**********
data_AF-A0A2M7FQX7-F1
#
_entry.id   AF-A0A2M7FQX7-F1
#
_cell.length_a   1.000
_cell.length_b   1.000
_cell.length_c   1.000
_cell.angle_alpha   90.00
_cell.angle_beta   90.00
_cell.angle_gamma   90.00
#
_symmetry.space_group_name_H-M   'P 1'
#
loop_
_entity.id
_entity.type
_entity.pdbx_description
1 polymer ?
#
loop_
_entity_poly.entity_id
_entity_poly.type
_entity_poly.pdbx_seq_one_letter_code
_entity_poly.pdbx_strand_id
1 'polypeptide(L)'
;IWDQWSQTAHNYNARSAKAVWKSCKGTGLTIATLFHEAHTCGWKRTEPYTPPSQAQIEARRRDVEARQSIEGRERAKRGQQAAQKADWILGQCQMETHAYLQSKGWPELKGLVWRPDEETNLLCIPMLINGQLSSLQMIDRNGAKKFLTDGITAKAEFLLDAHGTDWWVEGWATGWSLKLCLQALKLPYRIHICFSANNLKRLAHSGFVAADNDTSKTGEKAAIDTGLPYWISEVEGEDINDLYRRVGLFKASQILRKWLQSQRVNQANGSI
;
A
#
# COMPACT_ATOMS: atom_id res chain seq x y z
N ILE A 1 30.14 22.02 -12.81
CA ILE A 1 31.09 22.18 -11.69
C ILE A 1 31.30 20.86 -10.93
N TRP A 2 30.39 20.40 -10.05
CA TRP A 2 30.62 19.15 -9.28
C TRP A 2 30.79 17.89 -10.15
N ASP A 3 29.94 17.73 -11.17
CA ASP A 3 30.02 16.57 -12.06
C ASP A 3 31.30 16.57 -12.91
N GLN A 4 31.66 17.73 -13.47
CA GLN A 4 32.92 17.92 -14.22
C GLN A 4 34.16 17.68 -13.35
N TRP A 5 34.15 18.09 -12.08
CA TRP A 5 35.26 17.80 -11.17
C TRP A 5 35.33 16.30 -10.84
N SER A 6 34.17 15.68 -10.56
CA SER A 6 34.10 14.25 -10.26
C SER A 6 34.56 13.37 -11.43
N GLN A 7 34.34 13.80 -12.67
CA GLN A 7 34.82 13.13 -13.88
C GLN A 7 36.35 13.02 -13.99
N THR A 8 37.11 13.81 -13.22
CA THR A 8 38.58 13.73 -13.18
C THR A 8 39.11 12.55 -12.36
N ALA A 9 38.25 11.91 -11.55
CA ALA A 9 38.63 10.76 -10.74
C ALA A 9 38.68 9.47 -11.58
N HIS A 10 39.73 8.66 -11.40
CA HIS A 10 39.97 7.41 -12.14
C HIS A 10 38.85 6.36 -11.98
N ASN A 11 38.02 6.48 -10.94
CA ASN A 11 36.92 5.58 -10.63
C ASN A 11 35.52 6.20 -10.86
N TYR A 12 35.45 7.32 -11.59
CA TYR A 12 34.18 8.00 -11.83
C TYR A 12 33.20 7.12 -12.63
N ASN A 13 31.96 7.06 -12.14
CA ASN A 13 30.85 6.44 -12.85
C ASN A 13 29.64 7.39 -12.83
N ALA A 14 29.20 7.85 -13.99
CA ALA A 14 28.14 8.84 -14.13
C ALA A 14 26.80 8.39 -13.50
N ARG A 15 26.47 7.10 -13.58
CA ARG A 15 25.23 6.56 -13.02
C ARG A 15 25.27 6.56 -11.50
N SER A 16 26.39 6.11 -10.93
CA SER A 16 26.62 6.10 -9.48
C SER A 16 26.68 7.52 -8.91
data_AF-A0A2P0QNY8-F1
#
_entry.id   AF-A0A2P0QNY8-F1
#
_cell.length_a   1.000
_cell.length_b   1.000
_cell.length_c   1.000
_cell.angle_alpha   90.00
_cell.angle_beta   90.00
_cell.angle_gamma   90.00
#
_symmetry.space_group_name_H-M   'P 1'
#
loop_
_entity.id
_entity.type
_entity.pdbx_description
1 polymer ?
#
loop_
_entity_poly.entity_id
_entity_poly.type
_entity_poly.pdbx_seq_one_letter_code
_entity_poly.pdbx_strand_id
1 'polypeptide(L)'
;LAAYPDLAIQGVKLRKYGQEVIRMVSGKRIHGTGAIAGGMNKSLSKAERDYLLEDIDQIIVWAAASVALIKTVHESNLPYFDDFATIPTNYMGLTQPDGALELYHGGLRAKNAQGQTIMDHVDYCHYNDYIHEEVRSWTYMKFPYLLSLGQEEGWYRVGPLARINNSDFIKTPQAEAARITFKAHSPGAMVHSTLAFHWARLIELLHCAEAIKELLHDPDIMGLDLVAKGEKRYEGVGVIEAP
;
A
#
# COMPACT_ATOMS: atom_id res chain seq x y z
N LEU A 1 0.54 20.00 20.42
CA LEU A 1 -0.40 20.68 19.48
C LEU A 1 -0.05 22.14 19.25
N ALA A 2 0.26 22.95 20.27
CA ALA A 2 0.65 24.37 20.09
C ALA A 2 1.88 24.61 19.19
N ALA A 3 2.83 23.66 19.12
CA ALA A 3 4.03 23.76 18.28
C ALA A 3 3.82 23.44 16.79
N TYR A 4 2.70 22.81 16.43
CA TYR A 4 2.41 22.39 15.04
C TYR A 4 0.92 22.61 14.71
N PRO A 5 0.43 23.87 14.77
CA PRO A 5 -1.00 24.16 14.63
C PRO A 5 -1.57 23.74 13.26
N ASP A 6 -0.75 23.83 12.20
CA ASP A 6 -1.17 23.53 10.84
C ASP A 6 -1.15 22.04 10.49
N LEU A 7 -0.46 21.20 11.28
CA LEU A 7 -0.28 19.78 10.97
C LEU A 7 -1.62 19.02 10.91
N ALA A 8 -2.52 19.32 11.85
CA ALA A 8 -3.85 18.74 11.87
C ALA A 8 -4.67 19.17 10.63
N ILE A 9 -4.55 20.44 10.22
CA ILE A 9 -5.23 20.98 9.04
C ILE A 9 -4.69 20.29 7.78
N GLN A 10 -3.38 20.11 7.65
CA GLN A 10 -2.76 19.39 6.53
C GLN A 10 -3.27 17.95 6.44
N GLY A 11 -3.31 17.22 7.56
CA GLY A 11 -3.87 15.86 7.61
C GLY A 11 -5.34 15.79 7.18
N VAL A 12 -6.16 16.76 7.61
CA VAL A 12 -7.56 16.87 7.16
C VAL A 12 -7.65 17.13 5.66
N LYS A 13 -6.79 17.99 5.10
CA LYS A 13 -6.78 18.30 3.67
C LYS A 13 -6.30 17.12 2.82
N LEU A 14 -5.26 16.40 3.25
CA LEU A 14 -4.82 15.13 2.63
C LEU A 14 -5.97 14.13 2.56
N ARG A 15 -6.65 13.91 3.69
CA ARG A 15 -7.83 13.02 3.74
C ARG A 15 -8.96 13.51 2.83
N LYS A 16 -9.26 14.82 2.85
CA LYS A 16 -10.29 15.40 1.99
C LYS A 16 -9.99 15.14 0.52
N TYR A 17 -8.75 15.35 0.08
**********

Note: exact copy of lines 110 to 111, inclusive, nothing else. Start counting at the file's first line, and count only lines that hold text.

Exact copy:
CA LEU A 1 -0.40 20.68 19.48
C LEU A 1 -0.05 22.14 19.25